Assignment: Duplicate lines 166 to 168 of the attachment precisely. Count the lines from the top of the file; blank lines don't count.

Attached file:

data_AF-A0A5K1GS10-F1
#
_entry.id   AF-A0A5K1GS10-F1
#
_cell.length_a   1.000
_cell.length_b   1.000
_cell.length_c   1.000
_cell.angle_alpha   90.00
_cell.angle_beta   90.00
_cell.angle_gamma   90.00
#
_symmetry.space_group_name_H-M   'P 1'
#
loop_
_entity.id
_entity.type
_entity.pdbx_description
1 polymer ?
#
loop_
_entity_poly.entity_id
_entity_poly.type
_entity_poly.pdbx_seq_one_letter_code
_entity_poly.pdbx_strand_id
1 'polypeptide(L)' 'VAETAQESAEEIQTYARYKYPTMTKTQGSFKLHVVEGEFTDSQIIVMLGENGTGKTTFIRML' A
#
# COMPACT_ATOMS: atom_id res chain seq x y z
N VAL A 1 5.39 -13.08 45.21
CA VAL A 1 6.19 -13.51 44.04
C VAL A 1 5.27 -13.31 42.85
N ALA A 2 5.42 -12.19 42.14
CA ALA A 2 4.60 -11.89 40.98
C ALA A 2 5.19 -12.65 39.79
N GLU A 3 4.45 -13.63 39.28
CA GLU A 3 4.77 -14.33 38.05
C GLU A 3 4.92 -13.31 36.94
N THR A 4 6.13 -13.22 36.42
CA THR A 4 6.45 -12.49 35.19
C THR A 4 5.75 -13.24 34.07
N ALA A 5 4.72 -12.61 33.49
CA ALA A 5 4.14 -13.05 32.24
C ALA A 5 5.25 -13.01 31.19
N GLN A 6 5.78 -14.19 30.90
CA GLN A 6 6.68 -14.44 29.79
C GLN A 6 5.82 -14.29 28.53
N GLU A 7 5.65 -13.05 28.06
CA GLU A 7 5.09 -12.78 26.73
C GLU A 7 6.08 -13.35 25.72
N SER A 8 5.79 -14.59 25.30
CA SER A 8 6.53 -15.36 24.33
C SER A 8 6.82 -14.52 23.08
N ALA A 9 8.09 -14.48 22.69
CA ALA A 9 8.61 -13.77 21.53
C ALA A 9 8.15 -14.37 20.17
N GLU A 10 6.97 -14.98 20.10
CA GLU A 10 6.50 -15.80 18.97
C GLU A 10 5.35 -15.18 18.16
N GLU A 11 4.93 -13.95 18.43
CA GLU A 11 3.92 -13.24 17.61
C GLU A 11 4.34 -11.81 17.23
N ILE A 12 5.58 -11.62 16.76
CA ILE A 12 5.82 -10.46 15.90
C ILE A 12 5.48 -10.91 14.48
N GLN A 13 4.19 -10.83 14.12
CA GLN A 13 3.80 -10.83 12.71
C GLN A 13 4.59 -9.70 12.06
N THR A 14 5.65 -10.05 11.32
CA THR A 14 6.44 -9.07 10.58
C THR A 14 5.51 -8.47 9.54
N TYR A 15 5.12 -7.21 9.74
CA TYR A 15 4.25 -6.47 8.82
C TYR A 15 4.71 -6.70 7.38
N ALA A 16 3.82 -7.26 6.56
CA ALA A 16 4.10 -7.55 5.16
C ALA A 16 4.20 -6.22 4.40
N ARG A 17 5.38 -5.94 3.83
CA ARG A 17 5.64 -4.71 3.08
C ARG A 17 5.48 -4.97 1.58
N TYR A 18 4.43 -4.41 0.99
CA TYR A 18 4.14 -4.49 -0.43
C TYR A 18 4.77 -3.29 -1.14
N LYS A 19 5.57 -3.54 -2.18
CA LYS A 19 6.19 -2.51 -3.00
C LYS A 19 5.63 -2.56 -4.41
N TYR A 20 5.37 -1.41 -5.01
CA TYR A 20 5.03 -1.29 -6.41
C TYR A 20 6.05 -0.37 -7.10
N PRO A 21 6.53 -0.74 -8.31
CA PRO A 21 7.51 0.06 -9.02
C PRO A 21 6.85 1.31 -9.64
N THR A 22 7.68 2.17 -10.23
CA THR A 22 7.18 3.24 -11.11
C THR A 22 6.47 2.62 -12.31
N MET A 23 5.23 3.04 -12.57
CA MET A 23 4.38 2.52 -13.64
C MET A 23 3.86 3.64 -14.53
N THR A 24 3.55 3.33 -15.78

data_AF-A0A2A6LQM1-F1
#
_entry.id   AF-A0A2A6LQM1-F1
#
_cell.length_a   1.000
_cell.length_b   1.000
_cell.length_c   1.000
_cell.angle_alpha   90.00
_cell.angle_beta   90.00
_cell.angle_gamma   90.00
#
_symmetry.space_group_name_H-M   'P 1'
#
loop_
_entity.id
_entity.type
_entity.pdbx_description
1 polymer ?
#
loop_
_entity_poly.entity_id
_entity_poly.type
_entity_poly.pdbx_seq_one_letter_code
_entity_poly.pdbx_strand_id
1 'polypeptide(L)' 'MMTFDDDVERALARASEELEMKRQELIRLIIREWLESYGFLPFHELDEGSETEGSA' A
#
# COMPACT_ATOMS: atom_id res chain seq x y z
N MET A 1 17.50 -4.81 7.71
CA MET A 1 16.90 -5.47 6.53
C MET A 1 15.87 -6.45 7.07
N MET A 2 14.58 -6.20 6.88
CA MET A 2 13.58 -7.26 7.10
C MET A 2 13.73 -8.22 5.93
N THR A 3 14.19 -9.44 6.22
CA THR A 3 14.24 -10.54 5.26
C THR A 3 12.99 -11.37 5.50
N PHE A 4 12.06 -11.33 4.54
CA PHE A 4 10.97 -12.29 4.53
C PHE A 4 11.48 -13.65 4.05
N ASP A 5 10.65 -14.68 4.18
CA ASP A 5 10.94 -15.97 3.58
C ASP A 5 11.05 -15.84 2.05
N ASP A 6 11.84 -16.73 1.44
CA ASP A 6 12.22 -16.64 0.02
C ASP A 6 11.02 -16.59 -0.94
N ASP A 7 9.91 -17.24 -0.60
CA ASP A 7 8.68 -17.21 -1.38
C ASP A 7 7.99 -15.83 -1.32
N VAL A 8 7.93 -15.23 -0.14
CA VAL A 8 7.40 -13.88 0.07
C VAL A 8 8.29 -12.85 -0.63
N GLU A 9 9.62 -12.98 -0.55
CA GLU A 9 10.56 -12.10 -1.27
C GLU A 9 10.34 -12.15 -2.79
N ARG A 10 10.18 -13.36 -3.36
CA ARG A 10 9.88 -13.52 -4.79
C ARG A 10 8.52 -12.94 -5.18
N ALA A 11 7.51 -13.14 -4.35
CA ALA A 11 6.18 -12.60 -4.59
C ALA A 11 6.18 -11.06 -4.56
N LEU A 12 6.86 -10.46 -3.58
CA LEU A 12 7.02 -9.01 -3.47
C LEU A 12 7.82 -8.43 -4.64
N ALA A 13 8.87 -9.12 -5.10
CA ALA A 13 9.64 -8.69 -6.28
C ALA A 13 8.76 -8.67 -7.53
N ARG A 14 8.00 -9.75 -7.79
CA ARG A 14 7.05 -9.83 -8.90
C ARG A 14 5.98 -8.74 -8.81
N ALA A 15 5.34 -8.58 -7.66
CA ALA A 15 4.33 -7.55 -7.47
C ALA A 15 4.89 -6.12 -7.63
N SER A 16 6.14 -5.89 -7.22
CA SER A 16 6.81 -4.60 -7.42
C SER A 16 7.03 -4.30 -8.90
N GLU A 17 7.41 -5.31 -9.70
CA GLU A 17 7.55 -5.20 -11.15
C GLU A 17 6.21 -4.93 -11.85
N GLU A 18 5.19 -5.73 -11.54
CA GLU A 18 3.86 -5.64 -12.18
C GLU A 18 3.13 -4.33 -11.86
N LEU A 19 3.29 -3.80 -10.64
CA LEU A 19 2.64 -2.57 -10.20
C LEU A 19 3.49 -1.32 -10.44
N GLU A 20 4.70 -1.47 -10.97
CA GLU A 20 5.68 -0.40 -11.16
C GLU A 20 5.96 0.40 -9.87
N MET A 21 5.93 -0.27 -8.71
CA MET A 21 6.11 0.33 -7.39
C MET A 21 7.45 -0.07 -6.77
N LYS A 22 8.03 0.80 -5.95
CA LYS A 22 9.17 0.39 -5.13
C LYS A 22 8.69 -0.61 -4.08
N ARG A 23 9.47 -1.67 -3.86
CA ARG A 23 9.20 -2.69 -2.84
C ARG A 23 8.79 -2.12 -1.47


C ARG A 14 5.98 -8.74 -8.81
N ALA A 15 5.34 -8.58 -7.66
CA ALA A 15 4.33 -7.55 -7.47